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Christopher Columbus: At the Center of the Culture War

The bold figure of Christopher Columbus standing atop a 70-foot granite column in the center of New York City’s Columbus Circle dominates one of the great crossroads of the world. Erected in 1905, it marks a time when Italian Americans sought to declare their stake in the American dream. Columbus anchored them symbolically as residents of the New World.

Columbus was part of the American mythos well before then. Washington Irving’s biography A History of the Life and Voyages of Christopher Columbus (1828) was a romantic confection that—among other things—promoted the silly idea that Europeans before Columbus believed the world to be flat, a misconception persistent in the popular imagination.

Admiral of the Ocean Sea (1942), by Harvard historian Samuel Eliot Morison, stressed Columbus’s heroic nautical and scientific feats, downplaying the unsavory record that the historian must have acknowledged on some level. Then came Alfred W. Crosby Jr.’s The Columbian Exchange (1972), which told the sweeping story of a “great encounter.” It has become a literary classic, documenting worldwide exchanges of plants, animals, and diseases.

In subsequent years the image of Columbus as conqueror of new worlds shifted to invader, and with this came the European world danse macabre of conquest, savagery, and imperialism. Columbus thus found himself at the vanguard of a new intellectual movement bent on denigrating and vilifying Western civilization.

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Anti-Columbus historians often portrayed themselves as “champions of political correctness,” building a new narrative of Europe’s encounter with the rest of the world, according to the eminent historian and leading Columbus expert William D. Phillips Jr. [1] of the University of Minnesota (emeritus). They stressed Western predation and degradation of other cultures and civilizations. Thus were the Caribbean Islands recast as an earthly paradise, and the Indians as noble savages. The best-selling history writer Howard Zinn and others selectively—and cynically—used sixteenth-century Spanish polemics on behalf of the Indians to present Columbus in the worst possible light.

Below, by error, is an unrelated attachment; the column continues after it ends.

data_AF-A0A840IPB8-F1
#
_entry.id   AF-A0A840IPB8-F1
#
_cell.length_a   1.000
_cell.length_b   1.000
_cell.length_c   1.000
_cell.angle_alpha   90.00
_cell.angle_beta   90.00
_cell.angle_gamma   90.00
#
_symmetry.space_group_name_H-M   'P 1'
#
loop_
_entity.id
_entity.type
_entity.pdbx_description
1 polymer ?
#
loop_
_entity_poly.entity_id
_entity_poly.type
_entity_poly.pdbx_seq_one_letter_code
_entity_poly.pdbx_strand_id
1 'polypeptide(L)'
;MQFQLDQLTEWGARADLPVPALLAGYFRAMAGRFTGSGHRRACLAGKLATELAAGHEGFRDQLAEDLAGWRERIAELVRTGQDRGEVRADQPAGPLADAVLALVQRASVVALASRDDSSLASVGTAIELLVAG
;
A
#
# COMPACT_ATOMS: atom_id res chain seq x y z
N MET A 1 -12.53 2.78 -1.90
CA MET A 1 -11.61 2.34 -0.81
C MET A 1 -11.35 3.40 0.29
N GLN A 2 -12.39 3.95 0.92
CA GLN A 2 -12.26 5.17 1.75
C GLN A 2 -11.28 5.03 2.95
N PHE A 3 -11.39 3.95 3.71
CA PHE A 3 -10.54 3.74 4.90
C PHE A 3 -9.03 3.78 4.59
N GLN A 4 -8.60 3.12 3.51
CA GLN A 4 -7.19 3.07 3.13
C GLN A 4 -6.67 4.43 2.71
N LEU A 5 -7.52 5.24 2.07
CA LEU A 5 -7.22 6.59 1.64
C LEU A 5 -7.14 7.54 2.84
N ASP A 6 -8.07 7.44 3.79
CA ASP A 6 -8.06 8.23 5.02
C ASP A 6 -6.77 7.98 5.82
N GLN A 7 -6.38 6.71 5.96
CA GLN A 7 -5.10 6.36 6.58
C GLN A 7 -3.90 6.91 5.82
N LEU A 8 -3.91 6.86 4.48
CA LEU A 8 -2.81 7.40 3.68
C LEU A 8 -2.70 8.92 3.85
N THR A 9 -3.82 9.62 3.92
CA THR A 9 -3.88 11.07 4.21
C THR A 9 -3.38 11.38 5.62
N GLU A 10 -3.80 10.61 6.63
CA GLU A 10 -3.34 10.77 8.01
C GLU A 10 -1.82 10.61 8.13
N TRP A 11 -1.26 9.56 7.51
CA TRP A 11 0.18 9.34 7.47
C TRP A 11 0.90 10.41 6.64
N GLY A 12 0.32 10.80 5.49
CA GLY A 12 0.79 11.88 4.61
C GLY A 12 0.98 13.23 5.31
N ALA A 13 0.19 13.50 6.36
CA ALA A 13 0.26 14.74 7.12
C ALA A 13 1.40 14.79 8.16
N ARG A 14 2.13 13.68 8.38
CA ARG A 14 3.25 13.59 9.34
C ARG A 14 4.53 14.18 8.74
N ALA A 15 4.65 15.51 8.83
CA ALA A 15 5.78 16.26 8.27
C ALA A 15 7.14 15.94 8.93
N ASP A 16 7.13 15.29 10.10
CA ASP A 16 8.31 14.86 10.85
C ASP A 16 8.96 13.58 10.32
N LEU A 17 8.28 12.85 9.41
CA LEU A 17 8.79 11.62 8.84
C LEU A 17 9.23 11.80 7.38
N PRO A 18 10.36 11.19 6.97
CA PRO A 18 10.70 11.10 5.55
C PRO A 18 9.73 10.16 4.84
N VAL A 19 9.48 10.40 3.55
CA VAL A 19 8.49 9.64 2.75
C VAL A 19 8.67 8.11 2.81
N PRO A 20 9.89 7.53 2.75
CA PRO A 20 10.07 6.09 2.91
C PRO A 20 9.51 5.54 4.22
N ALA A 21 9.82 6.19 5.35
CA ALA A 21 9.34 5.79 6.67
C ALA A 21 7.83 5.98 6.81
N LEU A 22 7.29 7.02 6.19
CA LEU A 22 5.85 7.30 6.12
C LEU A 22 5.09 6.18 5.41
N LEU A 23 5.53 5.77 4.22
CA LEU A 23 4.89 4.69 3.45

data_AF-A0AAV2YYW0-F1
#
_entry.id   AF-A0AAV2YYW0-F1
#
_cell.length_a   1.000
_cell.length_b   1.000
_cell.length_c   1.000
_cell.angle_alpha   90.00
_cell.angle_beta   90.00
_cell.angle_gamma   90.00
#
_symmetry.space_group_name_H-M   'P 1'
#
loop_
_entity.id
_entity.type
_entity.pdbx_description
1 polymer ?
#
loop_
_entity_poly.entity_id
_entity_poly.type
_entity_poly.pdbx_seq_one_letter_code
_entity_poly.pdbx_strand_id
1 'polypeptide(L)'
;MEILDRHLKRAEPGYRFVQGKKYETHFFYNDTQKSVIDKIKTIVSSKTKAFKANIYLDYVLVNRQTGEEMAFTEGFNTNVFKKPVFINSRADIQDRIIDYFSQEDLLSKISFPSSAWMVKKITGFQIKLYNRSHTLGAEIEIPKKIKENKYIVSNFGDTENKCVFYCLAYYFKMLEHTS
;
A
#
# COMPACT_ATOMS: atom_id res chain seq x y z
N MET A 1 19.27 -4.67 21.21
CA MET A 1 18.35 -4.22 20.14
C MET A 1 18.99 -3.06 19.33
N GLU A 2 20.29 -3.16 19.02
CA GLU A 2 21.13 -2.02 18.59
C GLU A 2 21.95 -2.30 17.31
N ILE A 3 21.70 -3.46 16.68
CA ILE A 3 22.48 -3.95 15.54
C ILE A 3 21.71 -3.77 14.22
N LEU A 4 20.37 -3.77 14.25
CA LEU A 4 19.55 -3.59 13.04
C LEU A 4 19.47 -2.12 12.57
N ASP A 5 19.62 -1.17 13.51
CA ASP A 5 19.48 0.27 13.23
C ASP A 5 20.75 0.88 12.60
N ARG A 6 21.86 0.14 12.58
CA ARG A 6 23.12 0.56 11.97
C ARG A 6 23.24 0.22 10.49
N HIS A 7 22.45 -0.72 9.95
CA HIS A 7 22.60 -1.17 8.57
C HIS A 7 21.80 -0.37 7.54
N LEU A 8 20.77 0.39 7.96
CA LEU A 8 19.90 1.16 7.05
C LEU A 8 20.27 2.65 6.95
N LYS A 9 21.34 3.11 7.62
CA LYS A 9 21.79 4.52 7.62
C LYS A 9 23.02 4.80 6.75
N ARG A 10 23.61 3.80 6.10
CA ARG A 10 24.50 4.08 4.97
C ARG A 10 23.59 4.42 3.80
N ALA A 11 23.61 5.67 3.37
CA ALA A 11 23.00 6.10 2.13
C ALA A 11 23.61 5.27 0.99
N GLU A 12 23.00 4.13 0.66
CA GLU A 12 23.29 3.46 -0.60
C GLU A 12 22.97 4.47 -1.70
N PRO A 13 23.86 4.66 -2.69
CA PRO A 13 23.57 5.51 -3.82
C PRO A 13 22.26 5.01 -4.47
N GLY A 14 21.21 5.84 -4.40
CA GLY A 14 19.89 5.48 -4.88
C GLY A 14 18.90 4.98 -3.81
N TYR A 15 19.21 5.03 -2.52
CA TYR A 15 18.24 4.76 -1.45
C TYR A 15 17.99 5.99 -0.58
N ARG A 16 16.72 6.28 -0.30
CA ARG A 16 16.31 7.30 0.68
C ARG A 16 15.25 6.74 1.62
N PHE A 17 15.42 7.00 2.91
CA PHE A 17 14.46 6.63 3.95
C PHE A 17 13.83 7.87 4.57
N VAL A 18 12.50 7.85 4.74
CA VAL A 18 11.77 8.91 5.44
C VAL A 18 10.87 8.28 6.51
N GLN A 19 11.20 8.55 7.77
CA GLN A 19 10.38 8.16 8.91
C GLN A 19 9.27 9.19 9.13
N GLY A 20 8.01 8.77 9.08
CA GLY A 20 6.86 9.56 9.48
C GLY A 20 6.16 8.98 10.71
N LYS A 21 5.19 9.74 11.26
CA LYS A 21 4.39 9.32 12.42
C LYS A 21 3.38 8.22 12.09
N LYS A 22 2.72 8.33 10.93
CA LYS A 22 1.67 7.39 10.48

The 500th anniversary in 1992 spurred wide interest in Columbus’s arrival and impact. The National Council of Churches used the occasion to call the Columbian moment a “historical tragedy.” His “invasion,” said the council, marked the beginning of slavery and eventual genocide, events requiring “healing” and “repentance.” The reversal of Columbus’s reputation in the quarter century that followed mirrors the rise of identity politics and anti-Western multiculturalism, two increasingly powerful bodies of thought throughout the West.

What are the facts? Thanks to historian Phillips’ careful study of the vast Columbian literature, we can separate fact from fiction with great confidence.

A Genoese navigator sailing under the Castilian flag, Columbus was not looking for new worlds to conquer but for a seaborne route to the rich markets of Asia. Increasing Ottoman power in the eastern Mediterranean lent urgency to the search for new trade routes. And devout Iberians, flush with the Reconquista of Spain from the last vestiges of Moorish dominance, sought to move the borders of Christendom to encompass the world.

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Among learned and detached historians, it is widely agreed that, by modern standards, Columbus and his soldiers behaved brutally toward the indigenous peoples they encountered. But not all the conquest’s disastrous consequences for the Indians were intended. While colonial cruelty accounted for many deaths, disease—smallpox in particular—claimed many more lives.

Columbus’s first voyage stirred great interest throughout Europe, above all in trade-minded Iberia and the Italian states. Commentary on Columbian events spread through widely circulated manuscripts. His voyages, and those of explorers who followed, opened a period of European exploration and empire building that breached the boundaries of isolated continents and forever changed the course of human history.

Less well known is that religious speculation played an important role in Columbus’s life and actions. He wanted to finance and personally lead a new crusade to return Jerusalem to Christian control, preparing for the second coming of Jesus and the end of the world.

For the first hundred years after the fateful landfall, the Spanish dominated the Americas. They established hundreds of cities, missions, and churches and created an imperial structure that would remain more or less intact for three centuries. Columbus has been roundly blamed for all the things that went wrong with all the Indians of North America until the days of Junipero Serra in nineteenth-century California. The subjugation, decimation, and misfortunes of the natives in the era of the conquistadores are now universally recorded and lamented.